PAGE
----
Upholding Programme Quality

Each and every War Child programme around the world is subject to robust monitoring, evaluation and quality assurance. All of these efforts allow us to continually improve our work - in order to provide effective responses that are relevant to the hopes and ambitions of children worldwide.

In 2019 we further developed our efforts in this area. Our increased focus on relevance saw us explore new areas of programming - with a particular emphasis on community engagement and youth empowerment.

Tanya Habjouqa

The quality of our programmes is further strengthened through our work to align with global standards on humanitarian action. We are also active participants in a number of global humanitarian coordination bodies - including the Global Education Cluster; Global Protection Cluster; Alliance for Child Protection in Humanitarian Action; and the Inter-Agency Committee on Mental Health and Psychosocial Support in Emergency Settings.

For Children, By Children

Children and young people affected by armed conflict and violence are at the heart of all our work. Their participation in developing solutions to the challenges they face is key to the design of our programmes. We also involve local communities in this process - to draw on their knowledge to promote the empowerment and resilience of children and youth.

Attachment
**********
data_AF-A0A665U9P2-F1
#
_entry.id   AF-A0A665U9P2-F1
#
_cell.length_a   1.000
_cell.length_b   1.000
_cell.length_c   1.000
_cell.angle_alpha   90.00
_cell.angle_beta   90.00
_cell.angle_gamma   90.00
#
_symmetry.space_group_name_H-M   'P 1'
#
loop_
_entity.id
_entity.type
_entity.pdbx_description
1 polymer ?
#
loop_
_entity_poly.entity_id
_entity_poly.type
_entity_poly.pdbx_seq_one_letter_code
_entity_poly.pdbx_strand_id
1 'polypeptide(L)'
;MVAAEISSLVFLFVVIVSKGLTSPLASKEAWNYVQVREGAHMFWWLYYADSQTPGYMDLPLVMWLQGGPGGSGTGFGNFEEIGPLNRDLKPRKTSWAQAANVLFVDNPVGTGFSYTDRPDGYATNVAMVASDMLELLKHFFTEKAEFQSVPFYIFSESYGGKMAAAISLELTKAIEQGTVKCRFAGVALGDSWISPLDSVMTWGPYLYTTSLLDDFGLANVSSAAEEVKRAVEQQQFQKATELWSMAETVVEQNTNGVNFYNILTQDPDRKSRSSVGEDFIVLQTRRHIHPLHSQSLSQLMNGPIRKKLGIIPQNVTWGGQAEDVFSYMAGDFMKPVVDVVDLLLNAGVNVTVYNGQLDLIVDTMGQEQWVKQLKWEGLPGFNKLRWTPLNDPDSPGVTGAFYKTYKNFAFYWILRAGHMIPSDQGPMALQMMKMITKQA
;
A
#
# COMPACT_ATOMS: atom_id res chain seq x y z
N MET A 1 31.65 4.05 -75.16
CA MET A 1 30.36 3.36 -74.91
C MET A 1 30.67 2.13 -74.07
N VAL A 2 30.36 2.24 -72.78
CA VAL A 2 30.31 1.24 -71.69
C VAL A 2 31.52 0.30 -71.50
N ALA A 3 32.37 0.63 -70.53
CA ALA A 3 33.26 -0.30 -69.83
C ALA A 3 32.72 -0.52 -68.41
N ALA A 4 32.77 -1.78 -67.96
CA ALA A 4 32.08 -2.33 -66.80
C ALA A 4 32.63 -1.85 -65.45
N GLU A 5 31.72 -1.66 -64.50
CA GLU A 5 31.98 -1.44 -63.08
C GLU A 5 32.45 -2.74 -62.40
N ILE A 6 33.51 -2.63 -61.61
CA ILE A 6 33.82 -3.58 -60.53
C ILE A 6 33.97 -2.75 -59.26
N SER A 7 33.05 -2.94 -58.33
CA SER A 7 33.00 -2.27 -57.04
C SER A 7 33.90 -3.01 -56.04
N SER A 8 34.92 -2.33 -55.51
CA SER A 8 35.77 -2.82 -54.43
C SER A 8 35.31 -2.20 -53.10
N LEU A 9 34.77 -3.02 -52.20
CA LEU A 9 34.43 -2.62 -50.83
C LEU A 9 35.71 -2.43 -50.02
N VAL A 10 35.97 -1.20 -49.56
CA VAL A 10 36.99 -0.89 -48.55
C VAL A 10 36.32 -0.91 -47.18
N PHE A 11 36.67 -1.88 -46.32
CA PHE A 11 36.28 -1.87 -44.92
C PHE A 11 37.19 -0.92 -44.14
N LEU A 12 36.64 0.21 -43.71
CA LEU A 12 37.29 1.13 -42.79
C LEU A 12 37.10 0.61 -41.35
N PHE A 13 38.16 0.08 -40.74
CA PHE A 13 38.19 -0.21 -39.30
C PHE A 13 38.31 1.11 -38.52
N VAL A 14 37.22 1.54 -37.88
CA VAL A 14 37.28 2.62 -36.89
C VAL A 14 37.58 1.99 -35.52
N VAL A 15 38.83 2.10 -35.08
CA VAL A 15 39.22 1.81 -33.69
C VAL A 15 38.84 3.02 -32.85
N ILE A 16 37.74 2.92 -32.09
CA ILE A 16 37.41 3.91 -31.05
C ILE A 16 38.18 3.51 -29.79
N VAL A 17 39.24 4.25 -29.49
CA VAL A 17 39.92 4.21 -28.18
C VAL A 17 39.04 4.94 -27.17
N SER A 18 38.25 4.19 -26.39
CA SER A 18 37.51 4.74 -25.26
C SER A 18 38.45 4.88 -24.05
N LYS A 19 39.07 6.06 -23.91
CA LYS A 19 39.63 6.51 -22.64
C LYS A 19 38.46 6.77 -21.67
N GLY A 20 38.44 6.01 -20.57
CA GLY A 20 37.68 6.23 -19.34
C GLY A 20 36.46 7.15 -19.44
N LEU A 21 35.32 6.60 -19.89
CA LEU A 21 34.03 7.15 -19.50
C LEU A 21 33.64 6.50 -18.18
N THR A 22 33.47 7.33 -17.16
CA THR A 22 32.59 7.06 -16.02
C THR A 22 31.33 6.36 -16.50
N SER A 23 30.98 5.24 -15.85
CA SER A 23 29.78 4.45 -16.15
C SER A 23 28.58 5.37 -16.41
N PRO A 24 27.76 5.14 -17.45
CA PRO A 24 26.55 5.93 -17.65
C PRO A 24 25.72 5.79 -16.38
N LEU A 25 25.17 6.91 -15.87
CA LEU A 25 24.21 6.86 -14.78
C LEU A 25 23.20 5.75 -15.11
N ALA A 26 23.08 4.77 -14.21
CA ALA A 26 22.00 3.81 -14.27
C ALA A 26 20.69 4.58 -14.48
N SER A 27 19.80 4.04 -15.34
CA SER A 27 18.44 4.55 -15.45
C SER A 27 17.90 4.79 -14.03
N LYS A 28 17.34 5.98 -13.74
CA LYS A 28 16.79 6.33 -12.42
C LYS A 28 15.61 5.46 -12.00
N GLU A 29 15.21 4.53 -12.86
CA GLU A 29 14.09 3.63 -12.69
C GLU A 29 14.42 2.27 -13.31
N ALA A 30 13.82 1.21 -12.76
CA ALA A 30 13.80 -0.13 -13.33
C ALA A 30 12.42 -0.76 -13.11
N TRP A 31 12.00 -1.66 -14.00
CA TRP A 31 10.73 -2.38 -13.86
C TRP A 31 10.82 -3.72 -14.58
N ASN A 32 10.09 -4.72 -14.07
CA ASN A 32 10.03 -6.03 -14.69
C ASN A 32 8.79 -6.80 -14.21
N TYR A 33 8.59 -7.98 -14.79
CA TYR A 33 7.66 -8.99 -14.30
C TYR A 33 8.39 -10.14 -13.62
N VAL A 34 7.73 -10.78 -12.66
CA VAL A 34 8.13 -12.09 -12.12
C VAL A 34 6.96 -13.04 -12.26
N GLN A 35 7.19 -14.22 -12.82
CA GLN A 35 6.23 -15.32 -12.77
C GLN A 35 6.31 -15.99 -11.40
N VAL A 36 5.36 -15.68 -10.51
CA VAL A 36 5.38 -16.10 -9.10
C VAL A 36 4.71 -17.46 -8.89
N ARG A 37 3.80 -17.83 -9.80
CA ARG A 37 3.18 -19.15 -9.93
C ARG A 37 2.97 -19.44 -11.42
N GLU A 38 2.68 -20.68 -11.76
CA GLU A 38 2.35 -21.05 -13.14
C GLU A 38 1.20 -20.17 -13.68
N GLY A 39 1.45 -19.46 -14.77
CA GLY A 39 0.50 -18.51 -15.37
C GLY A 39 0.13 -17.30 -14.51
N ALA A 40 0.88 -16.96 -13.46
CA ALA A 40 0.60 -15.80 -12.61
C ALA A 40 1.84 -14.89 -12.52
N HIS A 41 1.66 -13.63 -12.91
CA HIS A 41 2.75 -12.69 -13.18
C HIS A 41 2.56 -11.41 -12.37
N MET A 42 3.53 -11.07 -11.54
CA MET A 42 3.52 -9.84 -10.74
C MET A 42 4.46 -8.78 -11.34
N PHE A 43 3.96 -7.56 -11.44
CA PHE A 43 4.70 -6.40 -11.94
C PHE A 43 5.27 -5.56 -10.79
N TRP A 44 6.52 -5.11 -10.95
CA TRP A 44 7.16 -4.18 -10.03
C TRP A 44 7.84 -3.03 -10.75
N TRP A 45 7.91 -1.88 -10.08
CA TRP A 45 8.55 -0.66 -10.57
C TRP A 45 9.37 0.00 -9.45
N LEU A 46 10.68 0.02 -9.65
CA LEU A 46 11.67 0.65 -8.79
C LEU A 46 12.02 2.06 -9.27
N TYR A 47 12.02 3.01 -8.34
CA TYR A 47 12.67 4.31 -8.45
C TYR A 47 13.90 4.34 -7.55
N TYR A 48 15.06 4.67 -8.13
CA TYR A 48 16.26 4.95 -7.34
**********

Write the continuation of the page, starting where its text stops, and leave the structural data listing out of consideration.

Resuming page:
We seek to understand the level of satisfaction experienced by children and people taking part in our programmes. We also collect their feedback on how they view the quality of our programmes - and use the findings to continually improve our work.

Julie Hrudova

Integrity and justice are central to all War Child activities - including our duty to uphold the safety and dignity of our staff and the children who take part in our programmes. News concerning abuse and sexual misconduct by NGO workers shook the global humanitarian sector in 2018 - and this led to a full evaluation of our child safeguarding measures.